Just finally got a chance to read this. Loved it. It’s been a while since I’ve watched Pan’s Labyrinth… But I love the idea that Dorothy and Alice’s gender is used as a disguise for the artistic/sensitive boy. I would submit, purely anecdotally, that the Alice books do have gay appeal. But YES to this: “I think Del Toro comes well within this tradition of using a female (girl) heroine as a stand in for the sensitive boy. Based on my personal experience I’d say that the males and male culture young Del Toro grew up with expected certain qualities from him that he was unable to respond back with, granting him an outsider or qu¢¢r status.”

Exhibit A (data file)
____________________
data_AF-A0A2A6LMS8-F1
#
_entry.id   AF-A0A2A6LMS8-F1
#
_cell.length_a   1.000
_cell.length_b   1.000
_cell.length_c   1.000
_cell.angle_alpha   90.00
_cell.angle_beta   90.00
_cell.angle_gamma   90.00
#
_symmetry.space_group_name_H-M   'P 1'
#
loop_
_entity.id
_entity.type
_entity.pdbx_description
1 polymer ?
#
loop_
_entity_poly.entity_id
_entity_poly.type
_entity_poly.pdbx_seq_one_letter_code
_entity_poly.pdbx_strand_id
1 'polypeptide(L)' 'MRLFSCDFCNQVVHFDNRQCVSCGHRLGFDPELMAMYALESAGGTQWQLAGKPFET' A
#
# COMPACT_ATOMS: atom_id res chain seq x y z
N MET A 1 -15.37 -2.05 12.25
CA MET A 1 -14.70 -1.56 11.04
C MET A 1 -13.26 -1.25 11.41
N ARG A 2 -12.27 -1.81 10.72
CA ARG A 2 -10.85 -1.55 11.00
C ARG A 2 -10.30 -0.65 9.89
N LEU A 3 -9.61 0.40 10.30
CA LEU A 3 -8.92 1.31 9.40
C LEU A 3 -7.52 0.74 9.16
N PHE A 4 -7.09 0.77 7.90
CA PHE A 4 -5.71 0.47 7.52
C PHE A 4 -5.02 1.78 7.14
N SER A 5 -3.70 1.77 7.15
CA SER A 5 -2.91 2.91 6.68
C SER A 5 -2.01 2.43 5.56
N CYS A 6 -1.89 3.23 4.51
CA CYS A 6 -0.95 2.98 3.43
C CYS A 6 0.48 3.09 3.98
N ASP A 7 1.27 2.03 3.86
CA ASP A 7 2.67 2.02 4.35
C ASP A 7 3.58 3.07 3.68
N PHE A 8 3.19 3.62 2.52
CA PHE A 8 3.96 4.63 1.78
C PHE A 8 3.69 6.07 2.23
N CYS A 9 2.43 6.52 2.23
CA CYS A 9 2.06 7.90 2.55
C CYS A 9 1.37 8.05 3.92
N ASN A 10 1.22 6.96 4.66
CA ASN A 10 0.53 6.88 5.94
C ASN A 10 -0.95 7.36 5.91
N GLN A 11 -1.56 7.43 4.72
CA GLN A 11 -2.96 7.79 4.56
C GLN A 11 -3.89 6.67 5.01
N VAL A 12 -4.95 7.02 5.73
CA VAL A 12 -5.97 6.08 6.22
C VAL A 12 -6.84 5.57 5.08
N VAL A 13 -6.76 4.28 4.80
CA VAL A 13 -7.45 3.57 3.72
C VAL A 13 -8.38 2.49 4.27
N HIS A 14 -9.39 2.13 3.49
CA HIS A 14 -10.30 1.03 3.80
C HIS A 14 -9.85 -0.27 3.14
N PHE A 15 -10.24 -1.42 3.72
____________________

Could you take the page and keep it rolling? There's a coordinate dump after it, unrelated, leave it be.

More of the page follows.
I’m not sure where to take this, but I feel like despite Ophelia’s gender being a possible cover for del Toro’s sensitive inner boy-child, there’s something about making her female that makes the movie’s ultimate sacrifice/martyrdom of Ophelia seem inevitable. Not to be too cut and dry about it, but that feels like a traditional device of patriarchal stories – the woman/girl who “gives her life” (symbolically or literally) for some greater ideal/cause or for the betterment of a surviving male figure (here it would be the surviving baby brother). Hans Christian Andersen’s Little Mermaid is perhaps the best and most well-known example of this. Also, a woman’s sacrificial death is often the impetus for many a heroic journey (she’ll throw herself in the path of a bullet/knife/arrow meant for the hero, which launches them on their hero’s journey). I’m tempted to say that Ophelia is sacrificed in order to make a point about the evils of fascism, the political history of Spain and the nature of war/patriarchy in and of itself.